The mineralisation of 3,4-14C-labeled active substance glufosinate-ammonium was investigated in non-sterile natural water at pH 8.0 at test concentrations of 9.0 µg a.s./L(Stupp, H.-P. & Kasel, D., 2015; M-519185-01-1). An exaggerated high dose of 90 µg/L was investigated as well, but not summarized herein, as the concentration of 9.0 µg/L is regarded as more representative for the environment. Samples were incubated at 20 ± 2°C in the dark for 66 days in maximum. Microbial activity of the test water was demonstrated by incubation of phenyl-UL-14C-labeled benzoic acid serving as reference. The mean material balances were 101.8% ± 1.8% AR. Values of the test substance in the test water decreased from 98.2% of AR at time zero to 70.0% after 66 days of incubation. Metabolites AE F065594 (PPO), NAG, AE F061517 (MPP) and AE 0015081 (P-X) were observed at maximum values of 8.1% AR (day 44), 26.3% (day 30), 8.3% (day 44) and 5.2% (day 44), respectively, in the course of the study. The observation of AE F065594 (PPO), NAG, AE F061517 (MPP), AE 0015081 (P-X) and carbon dioxide clearly indicated that the transformation of glufosinate-ammonium under the ‘pelagic’ conditions of the test was driven by microbial processes. Formation of14C-carbon dioxide accounted for 8.1% of AR in maximum by day 55. A decline of microbial activity was indicated by a lower level of carbon dioxide formed (5.2% AR) at the end of the test (day 66). Values of the DT50 of glufosinate-ammonium under conditions of mineralization testing were calculated to 54.3 days following simple first order (SFO) kinetic evaluation as best fits to measured data.

The kinetics of degradation in total water/sediment systems was evaluated for glufosinate-ammonium and its metabolites (Preuss, T. & Mikolasch, B., 2015; M-522823-01-1) from three water/sediment studies mentioned above (Stumpf, 1993; Stumpf, 1994, Zumdick, 1997). The kinetic evaluation followed FOCUS guidance to derive values for the degradation in total sediment/water systems from best fits to measured data for use as modelling endpoints in aquatic exposure assessments. Analysis was performed for glufosinate-ammonium at Level I for total systems with results summarised in the table below.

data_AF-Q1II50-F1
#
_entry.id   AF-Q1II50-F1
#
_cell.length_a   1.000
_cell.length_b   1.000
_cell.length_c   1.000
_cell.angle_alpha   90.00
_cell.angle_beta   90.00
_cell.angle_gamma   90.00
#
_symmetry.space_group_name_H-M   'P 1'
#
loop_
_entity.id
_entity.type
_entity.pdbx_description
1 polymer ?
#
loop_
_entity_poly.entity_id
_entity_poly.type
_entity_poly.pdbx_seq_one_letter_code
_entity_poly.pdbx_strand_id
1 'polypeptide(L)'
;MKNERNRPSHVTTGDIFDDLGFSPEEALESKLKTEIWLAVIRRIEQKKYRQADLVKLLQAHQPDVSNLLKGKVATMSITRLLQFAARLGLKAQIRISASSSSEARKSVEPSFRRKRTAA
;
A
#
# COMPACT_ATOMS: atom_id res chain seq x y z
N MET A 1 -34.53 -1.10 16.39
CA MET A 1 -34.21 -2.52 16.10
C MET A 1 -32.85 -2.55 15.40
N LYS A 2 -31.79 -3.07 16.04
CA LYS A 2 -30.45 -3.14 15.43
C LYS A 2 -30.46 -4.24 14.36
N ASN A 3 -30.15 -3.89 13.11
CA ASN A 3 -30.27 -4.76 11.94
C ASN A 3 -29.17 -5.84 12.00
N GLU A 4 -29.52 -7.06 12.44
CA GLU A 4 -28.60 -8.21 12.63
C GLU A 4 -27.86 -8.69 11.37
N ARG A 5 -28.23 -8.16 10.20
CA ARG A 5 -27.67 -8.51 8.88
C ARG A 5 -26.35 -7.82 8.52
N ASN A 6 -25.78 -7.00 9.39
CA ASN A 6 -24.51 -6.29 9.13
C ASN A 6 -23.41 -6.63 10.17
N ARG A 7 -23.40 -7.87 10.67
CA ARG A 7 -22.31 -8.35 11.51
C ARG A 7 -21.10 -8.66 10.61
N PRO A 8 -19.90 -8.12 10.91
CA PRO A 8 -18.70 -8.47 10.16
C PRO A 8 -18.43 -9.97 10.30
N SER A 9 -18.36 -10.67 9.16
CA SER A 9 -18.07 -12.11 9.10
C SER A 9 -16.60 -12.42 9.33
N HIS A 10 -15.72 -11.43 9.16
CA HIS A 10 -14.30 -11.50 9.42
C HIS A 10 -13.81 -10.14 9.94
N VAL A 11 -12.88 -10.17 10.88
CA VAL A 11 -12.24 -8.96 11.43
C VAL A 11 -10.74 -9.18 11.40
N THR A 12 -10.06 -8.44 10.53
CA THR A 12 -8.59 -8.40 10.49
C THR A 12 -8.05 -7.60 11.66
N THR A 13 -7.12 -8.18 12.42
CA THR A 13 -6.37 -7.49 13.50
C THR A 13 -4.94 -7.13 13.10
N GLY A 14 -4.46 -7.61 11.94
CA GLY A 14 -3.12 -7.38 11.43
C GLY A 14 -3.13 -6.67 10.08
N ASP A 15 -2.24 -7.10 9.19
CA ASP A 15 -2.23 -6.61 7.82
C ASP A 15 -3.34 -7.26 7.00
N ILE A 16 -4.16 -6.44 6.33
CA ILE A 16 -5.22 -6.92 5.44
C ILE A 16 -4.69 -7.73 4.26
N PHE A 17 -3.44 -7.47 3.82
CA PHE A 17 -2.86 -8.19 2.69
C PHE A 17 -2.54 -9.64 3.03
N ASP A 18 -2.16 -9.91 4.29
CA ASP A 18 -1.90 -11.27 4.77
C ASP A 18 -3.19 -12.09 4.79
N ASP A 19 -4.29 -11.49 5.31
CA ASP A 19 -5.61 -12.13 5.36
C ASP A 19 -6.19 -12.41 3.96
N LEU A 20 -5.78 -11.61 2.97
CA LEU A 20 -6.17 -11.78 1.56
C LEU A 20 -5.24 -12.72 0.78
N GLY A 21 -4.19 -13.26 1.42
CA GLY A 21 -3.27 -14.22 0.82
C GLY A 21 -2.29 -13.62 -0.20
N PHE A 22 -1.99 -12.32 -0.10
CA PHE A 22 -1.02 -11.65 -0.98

The predominant number of datasets was evaluated by the ‘all-SFO’ approach for all compounds while some datasets for the active substance for metabolite AE F061517 (MPP) resulted in DFOP kinetics as best-acceptable fits.

For the active substance glufosinate-ammonium the kinetic evaluation resulted in a geometric mean value for the DegT50 of 8.7 days in total systems (see Table below).

Table: Total system DegT50 values for glufosinate-ammonium according to FOCUS Level I

Water/Sediment system

Total system DegT50
(days)

Gravel-pit*

4.3a)

Nidda, 1 mg/L**

12.3

Gravel-pit, 0.1 mg/L**

1.4

Gravel-pit, 1 mg/L**

78.2a)

Nidda***

-

Gravel-pit***

-

Geometric meana)

8.7

* Stumpf, 1993; ** Stumpf, 1994; ***Zumdick, 1997

a)Conservative evaluation on the basis of second, lower rate of degradation following DFOP kinetic model

For metabolites AE F061517 (MPP) and AE F064619 (MPA) the kinetic evaluation resulted in a geometric mean values for the DegT50 in total systems of 219.4 days and 33.3 days (see Table below).

Table: Total system DegT50 values for metabolites AE F061517 (MPP) and AE F064619 (MPA) according to FOCUS Level I

Water/Sediment system

Total system DegT50
(days)

Compound

AE F061517
MPP

AE F064619
MPA

Gravel-pit*

234.9

n.d.

Nidda, 1 mg/L**

n.d.

n.d.

Gravel-pit, 0.1 mg/L**

463.2

n.d.

Gravel-pit, 1 mg/L**

60.5

n.d.

Nidda***

314.3

n.d.

Gravel-pit***

245.6

33.3

Geometric meana)

219.4

33.3

* Stumpf, 1993; ** Stumpf, 1994; ***Zumdick, 1997

a)geomean in case of more than one value

 

Overall conclusion on biodegradation in water/sediment

The degradation of14C-glufosinate-ammonium was investigated under the conditions of two water /sediment studies at 20 °C and 8 °C or 10°C in contrasting sediments and their associated water. The degradation under conditions of a water/sediment study was also investigated following separate dosing of metabolite AE F061517 (MPP).

Route of degradation:

Glufosinate-ammonium was degraded via a similar route as found for aerobic soil, i.e. via oxidative deamination to AE F065594 (PPO) as a minor metabolite, followed by the formal but multistep loss of methylene groups each to result in AE F061517 (MPP, maximum 79.8% at day 14) and AE F064619 (MPA, maximum 19.9% at day 50) by oxidative processes. Alternatively, the transformation of AE F061517 (MPP) resulted via dehydrogenation (formal loss of hydrogen) in the formation of 3-[hydroxy(methyl)phosphoryl]acrylic acid (P-X, AE 0015081, maximum 12.5% at day 50). Metabolite N-acetylglufosinate (NAG) was observed at a maximum of 13.7% at day 1 thus demonstrating the transient character.

Rate of degradation:

Water/sediment studies were kinetically evaluated following the FOCUS kinetics guidance. For total systems the kinetic evaluation according to FOCUS guidance (Level P-I) resulted in geometric mean degradation half-lives of 8.7 days for glufosinate-ammonium and 219.4 days for MPP (AE F061517). For MPA (AE F064619) a DegT50 of 33.3 days was derived for total systems.